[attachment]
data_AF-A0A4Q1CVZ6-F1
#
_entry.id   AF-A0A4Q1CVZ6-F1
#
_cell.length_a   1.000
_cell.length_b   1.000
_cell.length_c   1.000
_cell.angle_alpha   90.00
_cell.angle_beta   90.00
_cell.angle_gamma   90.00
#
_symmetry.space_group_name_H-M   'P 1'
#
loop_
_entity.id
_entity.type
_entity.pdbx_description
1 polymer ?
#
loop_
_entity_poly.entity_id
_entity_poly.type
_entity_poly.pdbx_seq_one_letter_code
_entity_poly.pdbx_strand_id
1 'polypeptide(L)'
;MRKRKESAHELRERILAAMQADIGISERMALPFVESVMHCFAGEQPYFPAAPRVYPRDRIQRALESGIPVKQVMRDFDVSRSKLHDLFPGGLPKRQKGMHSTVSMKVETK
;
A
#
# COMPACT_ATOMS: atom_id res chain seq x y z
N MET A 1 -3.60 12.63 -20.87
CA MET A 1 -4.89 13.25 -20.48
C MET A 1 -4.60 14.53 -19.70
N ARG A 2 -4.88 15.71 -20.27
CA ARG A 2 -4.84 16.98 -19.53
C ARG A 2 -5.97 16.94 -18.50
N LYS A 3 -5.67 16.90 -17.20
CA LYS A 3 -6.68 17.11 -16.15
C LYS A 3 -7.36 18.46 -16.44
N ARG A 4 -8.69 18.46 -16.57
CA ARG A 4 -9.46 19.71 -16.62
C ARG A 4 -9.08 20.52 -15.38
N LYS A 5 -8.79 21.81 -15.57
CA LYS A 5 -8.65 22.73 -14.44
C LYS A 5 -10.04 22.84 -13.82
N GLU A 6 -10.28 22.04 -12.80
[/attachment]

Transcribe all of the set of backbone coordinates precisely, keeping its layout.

data_AF-A0A4Q1CVZ6-F1
#
_entry.id   AF-A0A4Q1CVZ6-F1
#
_cell.length_a   1.000
_cell.length_b   1.000
_cell.length_c   1.000
_cell.angle_alpha   90.00
_cell.angle_beta   90.00
_cell.angle_gamma   90.00
#
_symmetry.space_group_name_H-M   'P 1'
#
loop_
_entity.id
_entity.type
_entity.pdbx_description
1 polymer ?
#
loop_
_entity_poly.entity_id
_entity_poly.type
_entity_poly.pdbx_seq_one_letter_code
_entity_poly.pdbx_strand_id
1 'polypeptide(L)'
;MRKRKESAHELRERILAAMQADIGISERMALPFVESVMHCFAGEQPYFPAAPRVYPRDRIQRALESGIPVKQVMRDFDVSRSKLHDLFPGGLPKRQKGMHSTVSMKVETK
;
A
#
# COMPACT_ATOMS: atom_id res chain seq x y z
N MET A 1 -3.60 12.63 -20.87
CA MET A 1 -4.89 13.25 -20.48
C MET A 1 -4.60 14.53 -19.70
N ARG A 2 -4.88 15.71 -20.27
CA ARG A 2 -4.84 16.98 -19.53
C ARG A 2 -5.97 16.94 -18.50
N LYS A 3 -5.67 16.90 -17.20
CA LYS A 3 -6.68 17.11 -16.15
C LYS A 3 -7.36 18.46 -16.44
N ARG A 4 -8.69 18.46 -16.57
CA ARG A 4 -9.46 19.71 -16.62
C ARG A 4 -9.08 20.52 -15.38
N LYS A 5 -8.79 21.81 -15.57
CA LYS A 5 -8.65 22.73 -14.44
C LYS A 5 -10.04 22.84 -13.82
N GLU A 6 -10.28 22.04 -12.80